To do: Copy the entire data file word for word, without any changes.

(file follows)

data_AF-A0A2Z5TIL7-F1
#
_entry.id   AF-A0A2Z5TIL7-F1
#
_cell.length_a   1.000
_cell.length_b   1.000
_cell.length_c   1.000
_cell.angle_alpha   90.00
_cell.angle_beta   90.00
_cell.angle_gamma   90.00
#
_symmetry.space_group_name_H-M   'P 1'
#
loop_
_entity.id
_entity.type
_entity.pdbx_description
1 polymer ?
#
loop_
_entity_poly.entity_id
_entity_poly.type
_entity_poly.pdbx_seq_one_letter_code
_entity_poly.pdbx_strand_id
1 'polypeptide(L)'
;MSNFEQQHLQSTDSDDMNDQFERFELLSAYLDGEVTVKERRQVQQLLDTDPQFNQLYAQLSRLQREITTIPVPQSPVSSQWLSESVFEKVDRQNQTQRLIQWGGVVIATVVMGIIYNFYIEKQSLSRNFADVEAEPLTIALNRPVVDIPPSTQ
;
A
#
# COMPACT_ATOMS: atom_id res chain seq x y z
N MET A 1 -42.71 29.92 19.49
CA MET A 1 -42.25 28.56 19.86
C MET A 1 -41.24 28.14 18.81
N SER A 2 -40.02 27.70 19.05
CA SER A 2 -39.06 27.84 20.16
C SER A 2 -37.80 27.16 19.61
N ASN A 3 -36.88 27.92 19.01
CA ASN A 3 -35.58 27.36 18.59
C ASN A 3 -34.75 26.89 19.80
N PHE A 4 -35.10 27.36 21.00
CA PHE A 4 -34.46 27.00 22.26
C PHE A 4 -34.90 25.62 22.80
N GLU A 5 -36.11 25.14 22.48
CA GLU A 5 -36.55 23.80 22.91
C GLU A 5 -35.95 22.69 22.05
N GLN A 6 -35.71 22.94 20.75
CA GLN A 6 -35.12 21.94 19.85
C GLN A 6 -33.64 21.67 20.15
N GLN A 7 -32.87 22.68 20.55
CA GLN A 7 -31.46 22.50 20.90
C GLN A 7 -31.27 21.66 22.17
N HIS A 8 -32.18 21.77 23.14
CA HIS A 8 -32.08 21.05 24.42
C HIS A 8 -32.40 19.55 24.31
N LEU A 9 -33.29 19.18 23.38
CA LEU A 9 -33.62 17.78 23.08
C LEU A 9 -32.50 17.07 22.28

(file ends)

data_AF-A0A2Z5TIL7-F1
#
_entry.id   AF-A0A2Z5TIL7-F1
#
_cell.length_a   1.000
_cell.length_b   1.000
_cell.length_c   1.000
_cell.angle_alpha   90.00
_cell.angle_beta   90.00
_cell.angle_gamma   90.00
#
_symmetry.space_group_name_H-M   'P 1'
#
loop_
_entity.id
_entity.type
_entity.pdbx_description
1 polymer ?
#
loop_
_entity_poly.entity_id
_entity_poly.type
_entity_poly.pdbx_seq_one_letter_code
_entity_poly.pdbx_strand_id
1 'polypeptide(L)'
;MSNFEQQHLQSTDSDDMNDQFERFELLSAYLDGEVTVKERRQVQQLLDTDPQFNQLYAQLSRLQREITTIPVPQSPVSSQWLSESVFEKVDRQNQTQRLIQWGGVVIATVVMGIIYNFYIEKQSLSRNFADVEAEPLTIALNRPVVDIPPSTQ
;
A
#
# COMPACT_ATOMS: atom_id res chain seq x y z
N MET A 1 -42.71 29.92 19.49
CA MET A 1 -42.25 28.56 19.86
C MET A 1 -41.24 28.14 18.81
N SER A 2 -40.02 27.70 19.05
CA SER A 2 -39.06 27.84 20.16
C SER A 2 -37.80 27.16 19.61
N ASN A 3 -36.88 27.92 19.01
CA ASN A 3 -35.58 27.36 18.59
C ASN A 3 -34.75 26.89 19.80
N PHE A 4 -35.10 27.36 21.00
CA PHE A 4 -34.46 27.00 22.26
C PHE A 4 -34.90 25.62 22.80
N GLU A 5 -36.11 25.14 22.48
CA GLU A 5 -36.55 23.80 22.91
C GLU A 5 -35.95 22.69 22.05
N GLN A 6 -35.71 22.94 20.75
CA GLN A 6 -35.12 21.94 19.85
C GLN A 6 -33.64 21.67 20.15
N GLN A 7 -32.87 22.68 20.55
CA GLN A 7 -31.46 22.50 20.90
C GLN A 7 -31.27 21.66 22.17
N HIS A 8 -32.18 21.77 23.14
CA HIS A 8 -32.08 21.05 24.42
C HIS A 8 -32.40 19.55 24.31
N LEU A 9 -33.29 19.18 23.38
CA LEU A 9 -33.62 17.78 23.08
C LEU A 9 -32.50 17.07 22.28